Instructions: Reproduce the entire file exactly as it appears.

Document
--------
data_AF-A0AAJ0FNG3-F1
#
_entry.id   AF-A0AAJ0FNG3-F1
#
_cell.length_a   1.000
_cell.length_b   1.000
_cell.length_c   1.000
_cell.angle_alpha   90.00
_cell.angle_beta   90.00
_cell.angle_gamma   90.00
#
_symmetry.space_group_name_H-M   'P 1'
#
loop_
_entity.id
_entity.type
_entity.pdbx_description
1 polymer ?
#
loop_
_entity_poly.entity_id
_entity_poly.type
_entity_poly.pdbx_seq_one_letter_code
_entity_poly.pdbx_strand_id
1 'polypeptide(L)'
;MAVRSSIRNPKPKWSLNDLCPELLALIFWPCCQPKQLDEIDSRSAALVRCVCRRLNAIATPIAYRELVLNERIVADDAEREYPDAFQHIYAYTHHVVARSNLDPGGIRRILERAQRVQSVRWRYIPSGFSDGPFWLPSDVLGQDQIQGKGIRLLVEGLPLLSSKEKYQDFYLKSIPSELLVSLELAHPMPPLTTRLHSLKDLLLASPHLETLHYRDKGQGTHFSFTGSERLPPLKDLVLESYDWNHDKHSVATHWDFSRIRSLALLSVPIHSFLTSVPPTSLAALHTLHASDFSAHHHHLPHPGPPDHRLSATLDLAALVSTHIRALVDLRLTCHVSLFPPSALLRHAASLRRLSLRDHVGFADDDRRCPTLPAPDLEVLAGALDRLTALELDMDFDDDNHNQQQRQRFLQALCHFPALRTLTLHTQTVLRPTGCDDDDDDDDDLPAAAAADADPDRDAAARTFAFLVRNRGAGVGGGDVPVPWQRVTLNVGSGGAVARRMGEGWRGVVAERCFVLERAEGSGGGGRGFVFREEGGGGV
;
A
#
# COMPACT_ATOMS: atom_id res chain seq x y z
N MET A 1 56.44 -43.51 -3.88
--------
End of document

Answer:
data_AF-A0AAJ0FNG3-F1
#
_entry.id   AF-A0AAJ0FNG3-F1
#
_cell.length_a   1.000
_cell.length_b   1.000
_cell.length_c   1.000
_cell.angle_alpha   90.00
_cell.angle_beta   90.00
_cell.angle_gamma   90.00
#
_symmetry.space_group_name_H-M   'P 1'
#
loop_
_entity.id
_entity.type
_entity.pdbx_description
1 polymer ?
#
loop_
_entity_poly.entity_id
_entity_poly.type
_entity_poly.pdbx_seq_one_letter_code
_entity_poly.pdbx_strand_id
1 'polypeptide(L)'
;MAVRSSIRNPKPKWSLNDLCPELLALIFWPCCQPKQLDEIDSRSAALVRCVCRRLNAIATPIAYRELVLNERIVADDAEREYPDAFQHIYAYTHHVVARSNLDPGGIRRILERAQRVQSVRWRYIPSGFSDGPFWLPSDVLGQDQIQGKGIRLLVEGLPLLSSKEKYQDFYLKSIPSELLVSLELAHPMPPLTTRLHSLKDLLLASPHLETLHYRDKGQGTHFSFTGSERLPPLKDLVLESYDWNHDKHSVATHWDFSRIRSLALLSVPIHSFLTSVPPTSLAALHTLHASDFSAHHHHLPHPGPPDHRLSATLDLAALVSTHIRALVDLRLTCHVSLFPPSALLRHAASLRRLSLRDHVGFADDDRRCPTLPAPDLEVLAGALDRLTALELDMDFDDDNHNQQQRQRFLQALCHFPALRTLTLHTQTVLRPTGCDDDDDDDDDLPAAAAADADPDRDAAARTFAFLVRNRGAGVGGGDVPVPWQRVTLNVGSGGAVARRMGEGWRGVVAERCFVLERAEGSGGGGRGFVFREEGGGGV
;
A
#
# COMPACT_ATOMS: atom_id res chain seq x y z
N MET A 1 56.44 -43.51 -3.88